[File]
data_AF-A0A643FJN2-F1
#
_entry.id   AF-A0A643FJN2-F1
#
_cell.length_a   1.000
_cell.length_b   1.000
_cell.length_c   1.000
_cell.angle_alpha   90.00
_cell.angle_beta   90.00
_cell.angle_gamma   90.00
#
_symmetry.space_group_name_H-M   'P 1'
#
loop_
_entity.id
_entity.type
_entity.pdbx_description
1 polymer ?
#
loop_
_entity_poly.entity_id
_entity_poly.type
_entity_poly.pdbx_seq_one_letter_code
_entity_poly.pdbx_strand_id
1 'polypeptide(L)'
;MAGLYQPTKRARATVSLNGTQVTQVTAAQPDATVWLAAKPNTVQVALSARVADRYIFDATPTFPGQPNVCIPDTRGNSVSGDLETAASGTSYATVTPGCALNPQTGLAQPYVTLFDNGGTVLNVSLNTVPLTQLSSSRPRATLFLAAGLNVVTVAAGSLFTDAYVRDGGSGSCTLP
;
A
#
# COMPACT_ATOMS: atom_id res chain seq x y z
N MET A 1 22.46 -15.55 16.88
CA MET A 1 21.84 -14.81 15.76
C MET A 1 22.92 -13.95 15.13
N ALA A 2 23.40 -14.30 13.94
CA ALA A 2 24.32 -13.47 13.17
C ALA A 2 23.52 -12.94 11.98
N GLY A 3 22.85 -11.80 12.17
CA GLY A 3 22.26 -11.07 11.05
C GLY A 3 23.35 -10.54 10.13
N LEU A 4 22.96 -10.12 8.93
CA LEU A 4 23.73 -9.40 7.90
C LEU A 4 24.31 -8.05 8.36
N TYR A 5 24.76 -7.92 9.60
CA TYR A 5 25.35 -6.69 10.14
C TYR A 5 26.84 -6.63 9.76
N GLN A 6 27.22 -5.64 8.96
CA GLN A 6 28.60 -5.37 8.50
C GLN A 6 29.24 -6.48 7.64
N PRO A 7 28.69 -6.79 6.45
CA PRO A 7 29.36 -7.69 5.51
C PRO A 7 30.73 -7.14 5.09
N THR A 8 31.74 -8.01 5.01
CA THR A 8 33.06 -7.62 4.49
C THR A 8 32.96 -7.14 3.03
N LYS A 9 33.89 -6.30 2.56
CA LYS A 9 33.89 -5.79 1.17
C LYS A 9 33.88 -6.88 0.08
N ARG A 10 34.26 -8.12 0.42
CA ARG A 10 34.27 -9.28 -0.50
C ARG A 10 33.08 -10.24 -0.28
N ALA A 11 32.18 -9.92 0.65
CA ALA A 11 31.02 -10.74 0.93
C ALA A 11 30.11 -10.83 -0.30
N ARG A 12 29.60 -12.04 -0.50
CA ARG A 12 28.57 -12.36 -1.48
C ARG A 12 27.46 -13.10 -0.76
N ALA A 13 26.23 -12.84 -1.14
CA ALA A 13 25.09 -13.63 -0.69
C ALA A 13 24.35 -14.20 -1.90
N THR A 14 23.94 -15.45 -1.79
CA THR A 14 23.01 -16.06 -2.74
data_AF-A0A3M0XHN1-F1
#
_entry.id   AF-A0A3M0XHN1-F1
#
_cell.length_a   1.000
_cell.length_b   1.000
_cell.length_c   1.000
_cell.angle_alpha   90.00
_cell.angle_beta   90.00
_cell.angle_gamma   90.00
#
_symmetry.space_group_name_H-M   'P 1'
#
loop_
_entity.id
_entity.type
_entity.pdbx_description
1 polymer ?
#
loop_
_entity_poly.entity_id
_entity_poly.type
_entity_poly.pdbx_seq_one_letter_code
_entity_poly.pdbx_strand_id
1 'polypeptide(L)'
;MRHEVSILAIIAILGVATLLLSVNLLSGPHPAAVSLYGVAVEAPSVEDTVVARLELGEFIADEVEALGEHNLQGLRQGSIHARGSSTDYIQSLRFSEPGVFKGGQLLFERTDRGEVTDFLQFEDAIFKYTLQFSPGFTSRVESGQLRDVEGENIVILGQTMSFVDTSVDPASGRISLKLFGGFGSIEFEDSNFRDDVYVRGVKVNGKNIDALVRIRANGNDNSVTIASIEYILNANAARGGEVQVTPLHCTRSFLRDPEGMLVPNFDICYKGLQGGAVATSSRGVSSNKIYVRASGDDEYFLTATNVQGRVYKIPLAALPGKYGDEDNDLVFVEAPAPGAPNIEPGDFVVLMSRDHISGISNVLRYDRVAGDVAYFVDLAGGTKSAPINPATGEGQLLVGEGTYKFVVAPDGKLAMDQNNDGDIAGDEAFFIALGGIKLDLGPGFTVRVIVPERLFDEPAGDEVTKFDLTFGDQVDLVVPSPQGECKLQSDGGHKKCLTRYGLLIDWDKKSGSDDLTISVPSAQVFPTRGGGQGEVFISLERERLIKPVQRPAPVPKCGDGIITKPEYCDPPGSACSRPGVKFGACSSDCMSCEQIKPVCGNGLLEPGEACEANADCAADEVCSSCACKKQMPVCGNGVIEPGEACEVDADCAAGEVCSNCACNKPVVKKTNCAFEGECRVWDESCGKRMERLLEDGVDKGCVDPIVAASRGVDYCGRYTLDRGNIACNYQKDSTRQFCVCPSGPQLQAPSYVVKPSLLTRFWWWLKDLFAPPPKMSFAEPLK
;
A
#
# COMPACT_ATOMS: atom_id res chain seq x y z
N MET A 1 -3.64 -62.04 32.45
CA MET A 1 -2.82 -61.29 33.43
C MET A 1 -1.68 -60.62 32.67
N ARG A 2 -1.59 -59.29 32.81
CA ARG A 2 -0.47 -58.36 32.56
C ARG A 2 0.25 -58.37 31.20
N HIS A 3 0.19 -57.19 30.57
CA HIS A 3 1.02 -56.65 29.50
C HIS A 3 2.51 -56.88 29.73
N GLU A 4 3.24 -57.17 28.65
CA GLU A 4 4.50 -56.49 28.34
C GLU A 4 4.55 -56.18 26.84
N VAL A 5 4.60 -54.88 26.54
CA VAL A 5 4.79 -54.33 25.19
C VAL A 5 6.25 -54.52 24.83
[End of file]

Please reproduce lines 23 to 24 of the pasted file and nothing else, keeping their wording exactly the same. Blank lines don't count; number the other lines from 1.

_entity_poly.pdbx_seq_one_letter_code
_entity_poly.pdbx_strand_id